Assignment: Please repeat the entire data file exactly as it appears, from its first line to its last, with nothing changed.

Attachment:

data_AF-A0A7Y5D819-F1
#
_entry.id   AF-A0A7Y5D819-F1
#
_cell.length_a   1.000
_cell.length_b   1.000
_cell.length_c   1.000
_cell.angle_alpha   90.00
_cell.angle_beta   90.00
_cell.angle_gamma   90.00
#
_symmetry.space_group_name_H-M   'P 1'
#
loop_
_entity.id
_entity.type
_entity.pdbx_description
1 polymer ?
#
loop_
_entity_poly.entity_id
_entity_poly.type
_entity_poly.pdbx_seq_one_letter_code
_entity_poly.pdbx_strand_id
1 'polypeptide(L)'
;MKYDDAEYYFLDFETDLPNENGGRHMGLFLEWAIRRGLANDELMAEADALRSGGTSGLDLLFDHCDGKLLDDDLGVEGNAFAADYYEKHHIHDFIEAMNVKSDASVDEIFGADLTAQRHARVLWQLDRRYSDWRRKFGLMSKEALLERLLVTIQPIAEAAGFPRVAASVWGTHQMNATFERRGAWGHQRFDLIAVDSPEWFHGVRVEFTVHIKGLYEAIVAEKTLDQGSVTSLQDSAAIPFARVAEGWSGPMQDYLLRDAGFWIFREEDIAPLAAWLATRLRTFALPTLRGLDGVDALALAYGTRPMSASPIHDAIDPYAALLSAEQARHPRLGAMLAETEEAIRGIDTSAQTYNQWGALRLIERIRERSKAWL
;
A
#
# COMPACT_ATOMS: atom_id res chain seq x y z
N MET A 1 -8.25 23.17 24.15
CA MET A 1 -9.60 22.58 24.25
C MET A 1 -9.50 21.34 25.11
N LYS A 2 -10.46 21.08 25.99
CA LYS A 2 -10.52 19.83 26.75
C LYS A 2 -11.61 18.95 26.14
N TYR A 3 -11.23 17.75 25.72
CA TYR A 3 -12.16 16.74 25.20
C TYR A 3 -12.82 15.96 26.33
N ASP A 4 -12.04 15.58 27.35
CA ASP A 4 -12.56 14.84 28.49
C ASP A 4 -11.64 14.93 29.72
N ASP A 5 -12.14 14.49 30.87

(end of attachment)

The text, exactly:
data_AF-A0A7Y5D819-F1
#
_entry.id   AF-A0A7Y5D819-F1
#
_cell.length_a   1.000
_cell.length_b   1.000
_cell.length_c   1.000
_cell.angle_alpha   90.00
_cell.angle_beta   90.00
_cell.angle_gamma   90.00
#
_symmetry.space_group_name_H-M   'P 1'
#
loop_
_entity.id
_entity.type
_entity.pdbx_description
1 polymer ?
#
loop_
_entity_poly.entity_id
_entity_poly.type
_entity_poly.pdbx_seq_one_letter_code
_entity_poly.pdbx_strand_id
1 'polypeptide(L)'
;MKYDDAEYYFLDFETDLPNENGGRHMGLFLEWAIRRGLANDELMAEADALRSGGTSGLDLLFDHCDGKLLDDDLGVEGNAFAADYYEKHHIHDFIEAMNVKSDASVDEIFGADLTAQRHARVLWQLDRRYSDWRRKFGLMSKEALLERLLVTIQPIAEAAGFPRVAASVWGTHQMNATFERRGAWGHQRFDLIAVDSPEWFHGVRVEFTVHIKGLYEAIVAEKTLDQGSVTSLQDSAAIPFARVAEGWSGPMQDYLLRDAGFWIFREEDIAPLAAWLATRLRTFALPTLRGLDGVDALALAYGTRPMSASPIHDAIDPYAALLSAEQARHPRLGAMLAETEEAIRGIDTSAQTYNQWGALRLIERIRERSKAWL
;
A
#
# COMPACT_ATOMS: atom_id res chain seq x y z
N MET A 1 -8.25 23.17 24.15
CA MET A 1 -9.60 22.58 24.25
C MET A 1 -9.50 21.34 25.11
N LYS A 2 -10.46 21.08 25.99
CA LYS A 2 -10.52 19.83 26.75
C LYS A 2 -11.61 18.95 26.14
N TYR A 3 -11.23 17.75 25.72
CA TYR A 3 -12.16 16.74 25.20
C TYR A 3 -12.82 15.96 26.33
N ASP A 4 -12.04 15.58 27.35
CA ASP A 4 -12.56 14.84 28.49
C ASP A 4 -11.64 14.93 29.72
N ASP A 5 -12.14 14.49 30.87